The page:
The first snowfall of the season hit us by surprise early Monday morning. I’d been staying down at Mum’s the night before so we could get the Cap to his early train and it was something of a shock to drive back up the mountain and see the signs that said “chains required.” I wasn’t expecting snow. The weather widget on my iPhone clearly said “rain” and not “freezing white stuff that will screw up your entire morning and ruin your reputation in town as a level headed individual who copes well with adversity.”
My thought process kind of went like this:
“Really? Snow? No way. What do they mean the pass is closed? No no, I’m sure they are joking. There’s no snow. I don’t need chains! Surely you jest…”
This, friends, is the “denial” stage.
“There is no snow. Obviously the weather guy is a moron. [ed note: this was at about 2500 feet] I see no snow. They lie. It’s a joke. It’s October. It was sunny yesterday. Everything will be fine. Please just let me get home and I’ll never be unprepared again. I promise.”
Some of those playing along with the home game might recognize “bargaining” when they see it.
“SHUT UP, BIG LIT UP SIGN I JUST PASSED THAT SAYS CHAINS ARE REQUIRED. SHUT UP AM TRAFFIC RADIO THAT SAYS THERE IS SNOW. GO HOME. YOU ARE DRUNK. THERE IS NO SNOW. THE SNOW IS A LIE. THIS IS NOT HAPPENING. IT IS FINE. LA LA LA.”
Back to denial.
So at about 4000 feet, a car drove past me and it had snow all over it. Then there was another car with snow on it, and then another. All the cars. With snow on their hoods and on the roof, like it belongs there. Like it is no big deal. OH LA, MY CAR IS COVERED IN SNOW. It’s like that website, Stuff On My Cat, except, Snow On Cars. This is about when I began leaving irate messages on the Captain’s phone. Not that he could help or negotiate with the Powers That Be about snow, being on a train somewhere around Bakersfield and not in control of the local weather, but I’ve always felt that sharing is important in a relationship.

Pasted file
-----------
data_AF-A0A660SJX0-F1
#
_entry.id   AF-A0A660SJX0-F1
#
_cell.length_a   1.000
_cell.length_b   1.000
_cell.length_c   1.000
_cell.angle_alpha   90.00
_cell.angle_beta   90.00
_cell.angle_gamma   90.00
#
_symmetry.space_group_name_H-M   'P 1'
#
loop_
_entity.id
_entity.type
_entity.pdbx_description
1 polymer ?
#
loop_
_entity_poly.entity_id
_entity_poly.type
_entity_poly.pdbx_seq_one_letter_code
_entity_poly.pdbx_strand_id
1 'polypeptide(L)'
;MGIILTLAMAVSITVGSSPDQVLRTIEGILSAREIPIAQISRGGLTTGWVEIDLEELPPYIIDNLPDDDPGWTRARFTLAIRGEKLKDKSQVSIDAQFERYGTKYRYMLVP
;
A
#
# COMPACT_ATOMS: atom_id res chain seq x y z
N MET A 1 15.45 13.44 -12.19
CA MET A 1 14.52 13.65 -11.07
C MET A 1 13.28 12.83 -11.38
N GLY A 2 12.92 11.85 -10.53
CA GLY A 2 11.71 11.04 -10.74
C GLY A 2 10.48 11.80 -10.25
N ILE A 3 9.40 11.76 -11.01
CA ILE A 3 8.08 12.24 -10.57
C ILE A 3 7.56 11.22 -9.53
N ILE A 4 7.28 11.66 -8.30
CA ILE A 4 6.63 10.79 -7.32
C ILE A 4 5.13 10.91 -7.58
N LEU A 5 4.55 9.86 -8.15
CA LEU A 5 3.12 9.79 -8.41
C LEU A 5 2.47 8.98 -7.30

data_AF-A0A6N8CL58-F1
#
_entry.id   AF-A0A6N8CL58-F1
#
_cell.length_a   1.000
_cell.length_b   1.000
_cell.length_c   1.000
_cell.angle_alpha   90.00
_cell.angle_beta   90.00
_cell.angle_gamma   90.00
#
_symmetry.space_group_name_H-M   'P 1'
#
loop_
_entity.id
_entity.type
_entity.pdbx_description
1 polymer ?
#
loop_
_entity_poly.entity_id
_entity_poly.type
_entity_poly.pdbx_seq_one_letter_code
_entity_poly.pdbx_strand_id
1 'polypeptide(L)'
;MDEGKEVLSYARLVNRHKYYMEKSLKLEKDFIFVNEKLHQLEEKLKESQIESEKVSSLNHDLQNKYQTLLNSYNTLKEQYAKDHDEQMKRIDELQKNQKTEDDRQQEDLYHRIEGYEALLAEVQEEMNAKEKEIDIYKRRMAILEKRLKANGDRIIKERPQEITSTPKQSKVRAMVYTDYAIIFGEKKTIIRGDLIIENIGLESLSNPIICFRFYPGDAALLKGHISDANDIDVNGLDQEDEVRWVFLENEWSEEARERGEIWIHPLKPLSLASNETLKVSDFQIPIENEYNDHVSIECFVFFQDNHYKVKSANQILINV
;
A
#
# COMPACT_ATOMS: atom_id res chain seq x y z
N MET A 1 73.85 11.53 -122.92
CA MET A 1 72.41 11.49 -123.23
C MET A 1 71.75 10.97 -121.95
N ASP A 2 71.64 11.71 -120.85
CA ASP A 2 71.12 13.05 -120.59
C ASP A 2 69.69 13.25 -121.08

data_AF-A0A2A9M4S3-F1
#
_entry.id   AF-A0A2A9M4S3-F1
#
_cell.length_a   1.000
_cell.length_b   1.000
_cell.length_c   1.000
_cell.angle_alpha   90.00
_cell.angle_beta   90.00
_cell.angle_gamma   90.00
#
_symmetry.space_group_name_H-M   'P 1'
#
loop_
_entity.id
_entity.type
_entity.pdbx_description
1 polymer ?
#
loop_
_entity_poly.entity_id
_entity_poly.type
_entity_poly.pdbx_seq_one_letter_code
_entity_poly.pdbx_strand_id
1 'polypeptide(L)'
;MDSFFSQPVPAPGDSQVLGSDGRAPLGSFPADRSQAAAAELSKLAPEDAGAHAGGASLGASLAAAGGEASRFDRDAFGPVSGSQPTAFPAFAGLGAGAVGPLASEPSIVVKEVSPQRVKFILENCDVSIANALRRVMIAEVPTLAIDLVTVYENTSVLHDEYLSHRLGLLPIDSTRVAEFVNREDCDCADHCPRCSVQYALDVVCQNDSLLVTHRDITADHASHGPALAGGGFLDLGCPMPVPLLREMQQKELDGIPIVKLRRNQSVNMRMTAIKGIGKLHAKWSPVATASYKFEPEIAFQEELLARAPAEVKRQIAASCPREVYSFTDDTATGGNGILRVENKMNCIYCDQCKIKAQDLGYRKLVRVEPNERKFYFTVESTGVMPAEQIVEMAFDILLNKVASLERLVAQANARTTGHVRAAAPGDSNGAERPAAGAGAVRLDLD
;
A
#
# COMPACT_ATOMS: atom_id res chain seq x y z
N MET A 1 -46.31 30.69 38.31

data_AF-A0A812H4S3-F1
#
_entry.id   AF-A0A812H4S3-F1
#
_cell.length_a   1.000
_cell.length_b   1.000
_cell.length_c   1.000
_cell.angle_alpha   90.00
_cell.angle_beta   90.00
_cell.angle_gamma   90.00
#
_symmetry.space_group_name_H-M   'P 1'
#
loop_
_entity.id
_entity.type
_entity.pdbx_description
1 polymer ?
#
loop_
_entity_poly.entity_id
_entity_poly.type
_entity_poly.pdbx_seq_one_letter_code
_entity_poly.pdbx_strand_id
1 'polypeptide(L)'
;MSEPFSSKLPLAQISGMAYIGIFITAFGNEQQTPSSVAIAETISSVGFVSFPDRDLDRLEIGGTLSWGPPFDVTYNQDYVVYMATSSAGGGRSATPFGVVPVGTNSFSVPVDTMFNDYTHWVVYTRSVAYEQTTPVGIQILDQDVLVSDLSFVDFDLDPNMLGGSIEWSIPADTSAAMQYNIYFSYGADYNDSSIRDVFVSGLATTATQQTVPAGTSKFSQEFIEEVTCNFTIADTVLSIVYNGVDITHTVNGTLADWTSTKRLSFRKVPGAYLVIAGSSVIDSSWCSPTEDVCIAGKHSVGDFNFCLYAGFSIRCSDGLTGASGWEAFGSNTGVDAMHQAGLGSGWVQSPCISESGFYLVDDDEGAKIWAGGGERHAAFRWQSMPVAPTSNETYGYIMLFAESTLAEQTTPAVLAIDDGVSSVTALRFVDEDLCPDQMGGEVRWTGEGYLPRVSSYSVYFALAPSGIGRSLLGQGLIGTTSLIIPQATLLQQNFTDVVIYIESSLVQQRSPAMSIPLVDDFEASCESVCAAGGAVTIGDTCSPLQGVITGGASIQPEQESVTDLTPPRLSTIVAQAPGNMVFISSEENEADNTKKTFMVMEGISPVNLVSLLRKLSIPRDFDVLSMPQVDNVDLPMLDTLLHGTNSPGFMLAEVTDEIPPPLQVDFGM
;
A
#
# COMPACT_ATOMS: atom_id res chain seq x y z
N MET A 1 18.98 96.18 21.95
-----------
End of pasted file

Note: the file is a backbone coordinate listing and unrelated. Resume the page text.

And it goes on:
I began to have visions of the cats, freezing to death in the cabin, or worse, starving without their breakfasts. Would I come home to find them making like a tiny feline Donner Party? What if they were cold? What if their fur coats were insufficient? No one was home to light the stove for them! What were they thinking about all of this nonsense, being fat LA housecats with no previous experience of winter? Everyone was going to need extra Stress Stopper for sure.
With all of this going through my mind, I descended on the local ACE hardware and proceeded to get mildly dramatic (I know, it’s a shock). They sent me to the coffee shop while they dug the chains out of the back, and told me to come back in an hour. Probably because they didn’t want to hear any more dire theories about the fate of my cats. Thankfully, the coffee shop lady was super reassuring, made me a soy latte and gave me her cell phone number when I left for home so that if I got stuck and needed help, I could call. The lovely coffee shop lady and her charmingly quirky fella are two of my favorite people in this town, let me tell you. They don’t know me and she promised to come get me if I needed a rescue. Seriously, people up here are kind of amazing. You forget that we’re all in it together, living in a place like LA. I’ve never experienced anything like the folks up here on the mountain in terms of helping out neighbors and the like.